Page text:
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The NFL's billion-dollar concussion settlement with players was officially approved

NFL commissioner Roger Goodell.
NFL commissioner Roger Goodell.
(Mario Tama/Getty Images)
  1. The NFL has finally resolved its protracted lawsuit with 5,000 former players who sued over concussions and long-term brain damage.
  2. Back in 2013, the two sides had agreed to a $765 million settlement for the players, but it was rejected by the judge because it might not have covered all players' claims in future years.
  3. This week, a federal judge approved a new settlement, which removes the cap on total damages. It's estimated the settlement could cost the NFL $1 billion over the next 65 years.
  4. Players are eligible for up to $5 million each if they have certain neurodegenerative diseases, though most will receive much less.
  5. Unless further appeals delay the case, players can start filing for benefits later this year.

The players alleged the NFL didn't protect them from concussions

Judge Anita B. Brody's approval is the final stage in a lawsuit filed in 2011 by former NFL players who alleged that the league didn't sufficiently protect them from concussions — or the long-term effects of repetitive brain trauma, including chronic traumatic encephalopathy (CTE).

The suit was filed by some 5,000 former players, but the settlement's terms will cover more than 20,000 NFL retirees — a condition the NFL insisted on in order to avoid future lawsuits. About 200 players, however, specifically opted out of the settlement to retain their right to sue in future years.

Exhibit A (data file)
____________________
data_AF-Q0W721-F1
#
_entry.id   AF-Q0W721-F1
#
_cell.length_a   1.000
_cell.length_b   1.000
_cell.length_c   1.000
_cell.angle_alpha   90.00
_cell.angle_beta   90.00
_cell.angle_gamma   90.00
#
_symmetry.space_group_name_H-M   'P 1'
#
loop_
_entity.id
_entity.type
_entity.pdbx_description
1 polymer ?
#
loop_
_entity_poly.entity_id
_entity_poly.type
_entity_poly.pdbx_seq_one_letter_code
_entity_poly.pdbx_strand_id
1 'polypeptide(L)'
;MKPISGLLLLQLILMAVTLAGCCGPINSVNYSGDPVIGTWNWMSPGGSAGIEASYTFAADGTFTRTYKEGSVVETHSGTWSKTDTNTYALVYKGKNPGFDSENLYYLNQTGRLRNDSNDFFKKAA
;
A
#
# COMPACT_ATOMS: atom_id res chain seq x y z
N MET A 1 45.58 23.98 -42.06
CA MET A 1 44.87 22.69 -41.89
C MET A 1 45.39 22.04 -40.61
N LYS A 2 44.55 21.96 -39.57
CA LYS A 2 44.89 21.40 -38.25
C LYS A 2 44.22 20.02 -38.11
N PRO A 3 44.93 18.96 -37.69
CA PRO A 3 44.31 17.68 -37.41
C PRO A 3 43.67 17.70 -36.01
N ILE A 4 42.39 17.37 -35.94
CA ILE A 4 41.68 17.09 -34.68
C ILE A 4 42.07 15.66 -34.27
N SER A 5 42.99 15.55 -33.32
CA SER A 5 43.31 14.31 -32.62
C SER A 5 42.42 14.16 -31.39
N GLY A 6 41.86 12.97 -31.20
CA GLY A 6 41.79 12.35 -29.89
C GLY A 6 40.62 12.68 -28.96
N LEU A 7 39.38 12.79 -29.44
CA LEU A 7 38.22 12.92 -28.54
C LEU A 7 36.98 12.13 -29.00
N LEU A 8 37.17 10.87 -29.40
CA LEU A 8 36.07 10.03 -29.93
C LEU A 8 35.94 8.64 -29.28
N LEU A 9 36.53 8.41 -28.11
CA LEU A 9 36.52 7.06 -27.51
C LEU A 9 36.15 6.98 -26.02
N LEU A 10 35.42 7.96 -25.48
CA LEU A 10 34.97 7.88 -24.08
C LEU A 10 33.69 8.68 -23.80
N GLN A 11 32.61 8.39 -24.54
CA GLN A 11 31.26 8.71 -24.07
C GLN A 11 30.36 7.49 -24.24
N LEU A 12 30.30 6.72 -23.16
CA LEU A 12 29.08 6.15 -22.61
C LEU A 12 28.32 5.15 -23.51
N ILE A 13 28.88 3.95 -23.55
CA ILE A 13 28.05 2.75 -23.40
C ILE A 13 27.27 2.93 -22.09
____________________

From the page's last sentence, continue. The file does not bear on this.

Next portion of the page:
The initial settlement didn't seem to be enough to cover future players

After the two sides reached a $765 million settlement in September 2013, critics questioned whether the sum could cover all the players who might suffer from neurodegenerative diseases in future years.

During the subsequent proceedings, the NFL estimated that 30 percent of former players would develop dementia or Alzheimer's during their lifetimes, a rate roughly double that of the general population. Scientists still don't know what proportion of players will develop CTE, which can only be diagnosed after death.

Players will be entitled to specific payouts based on varying diagnoses

The approved settlement puts no hard cap on the NFL's total responsibility. Instead, the league is required to pay for medical monitoring of all former players, who are entitled to specific payouts based on various diagnoses:

nfl suit

(NFL Players' Concussion Injury Litigation)

The settlement means that one front in the NFL's ongoing head trauma crisis is effectively closed. But the league is still contending with many researchers' belief that the game of football is inherently dangerous to the players who are hit in the head over and over during every game.

This has led the league to make some rule changes seeking to minimize especially violent hits, but some players and fans are skeptical that it'll be enough — such as 49ers linebacker Chris Borland, who retired from the game at the age of 24 last month due to worries about long-term brain damage.